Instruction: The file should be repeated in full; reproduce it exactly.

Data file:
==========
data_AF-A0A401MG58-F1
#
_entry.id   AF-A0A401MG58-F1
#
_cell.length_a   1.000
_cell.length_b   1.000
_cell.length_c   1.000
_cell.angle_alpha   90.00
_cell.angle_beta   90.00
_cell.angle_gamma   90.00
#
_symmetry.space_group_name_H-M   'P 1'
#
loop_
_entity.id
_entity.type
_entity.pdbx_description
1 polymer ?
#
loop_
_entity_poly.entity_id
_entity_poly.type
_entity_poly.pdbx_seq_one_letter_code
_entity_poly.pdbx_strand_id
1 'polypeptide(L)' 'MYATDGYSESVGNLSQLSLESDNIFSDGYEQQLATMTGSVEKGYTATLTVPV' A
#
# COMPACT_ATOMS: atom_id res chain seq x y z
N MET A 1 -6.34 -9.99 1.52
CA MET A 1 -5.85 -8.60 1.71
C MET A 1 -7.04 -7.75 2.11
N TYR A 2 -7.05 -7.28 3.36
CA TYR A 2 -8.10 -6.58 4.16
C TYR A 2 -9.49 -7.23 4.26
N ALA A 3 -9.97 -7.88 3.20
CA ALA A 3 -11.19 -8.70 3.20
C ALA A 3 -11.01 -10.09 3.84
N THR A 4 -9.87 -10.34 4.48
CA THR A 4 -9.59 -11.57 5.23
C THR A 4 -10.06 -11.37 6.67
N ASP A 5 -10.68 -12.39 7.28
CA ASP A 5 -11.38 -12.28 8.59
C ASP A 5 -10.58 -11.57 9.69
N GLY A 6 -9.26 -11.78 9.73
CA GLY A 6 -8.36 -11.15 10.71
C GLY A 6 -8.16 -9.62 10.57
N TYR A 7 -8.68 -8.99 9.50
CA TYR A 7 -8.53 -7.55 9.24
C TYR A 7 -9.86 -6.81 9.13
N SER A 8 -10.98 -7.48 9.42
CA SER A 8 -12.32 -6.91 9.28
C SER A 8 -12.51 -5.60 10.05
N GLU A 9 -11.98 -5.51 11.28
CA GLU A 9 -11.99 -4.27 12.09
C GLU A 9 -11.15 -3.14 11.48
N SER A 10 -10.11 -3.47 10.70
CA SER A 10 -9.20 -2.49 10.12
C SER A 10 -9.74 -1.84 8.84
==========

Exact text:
data_AF-A0A401MG58-F1
#
_entry.id   AF-A0A401MG58-F1
#
_cell.length_a   1.000
_cell.length_b   1.000
_cell.length_c   1.000
_cell.angle_alpha   90.00
_cell.angle_beta   90.00
_cell.angle_gamma   90.00
#
_symmetry.space_group_name_H-M   'P 1'
#
loop_
_entity.id
_entity.type
_entity.pdbx_description
1 polymer ?
#
loop_
_entity_poly.entity_id
_entity_poly.type
_entity_poly.pdbx_seq_one_letter_code
_entity_poly.pdbx_strand_id
1 'polypeptide(L)' 'MYATDGYSESVGNLSQLSLESDNIFSDGYEQQLATMTGSVEKGYTATLTVPV' A
#
# COMPACT_ATOMS: atom_id res chain seq x y z
N MET A 1 -6.34 -9.99 1.52
CA MET A 1 -5.85 -8.60 1.71
C MET A 1 -7.04 -7.75 2.11
N TYR A 2 -7.05 -7.28 3.36
CA TYR A 2 -8.10 -6.58 4.16
C TYR A 2 -9.49 -7.23 4.26
N ALA A 3 -9.97 -7.88 3.20
CA ALA A 3 -11.19 -8.70 3.20
C ALA A 3 -11.01 -10.09 3.84
N THR A 4 -9.87 -10.34 4.48
CA THR A 4 -9.59 -11.57 5.23
C THR A 4 -10.06 -11.37 6.67
N ASP A 5 -10.68 -12.39 7.28
CA ASP A 5 -11.38 -12.28 8.59
C ASP A 5 -10.58 -11.57 9.69
N GLY A 6 -9.26 -11.78 9.73
CA GLY A 6 -8.36 -11.15 10.71
C GLY A 6 -8.16 -9.62 10.57
N TYR A 7 -8.68 -8.99 9.50
CA TYR A 7 -8.53 -7.55 9.24
C TYR A 7 -9.86 -6.81 9.13
N SER A 8 -10.98 -7.48 9.42
CA SER A 8 -12.32 -6.91 9.28
C SER A 8 -12.51 -5.60 10.05
N GLU A 9 -11.98 -5.51 11.28
CA GLU A 9 -11.99 -4.27 12.09
C GLU A 9 -11.15 -3.14 11.48
N SER A 10 -10.11 -3.47 10.70
CA SER A 10 -9.20 -2.49 10.12
C SER A 10 -9.74 -1.84 8.84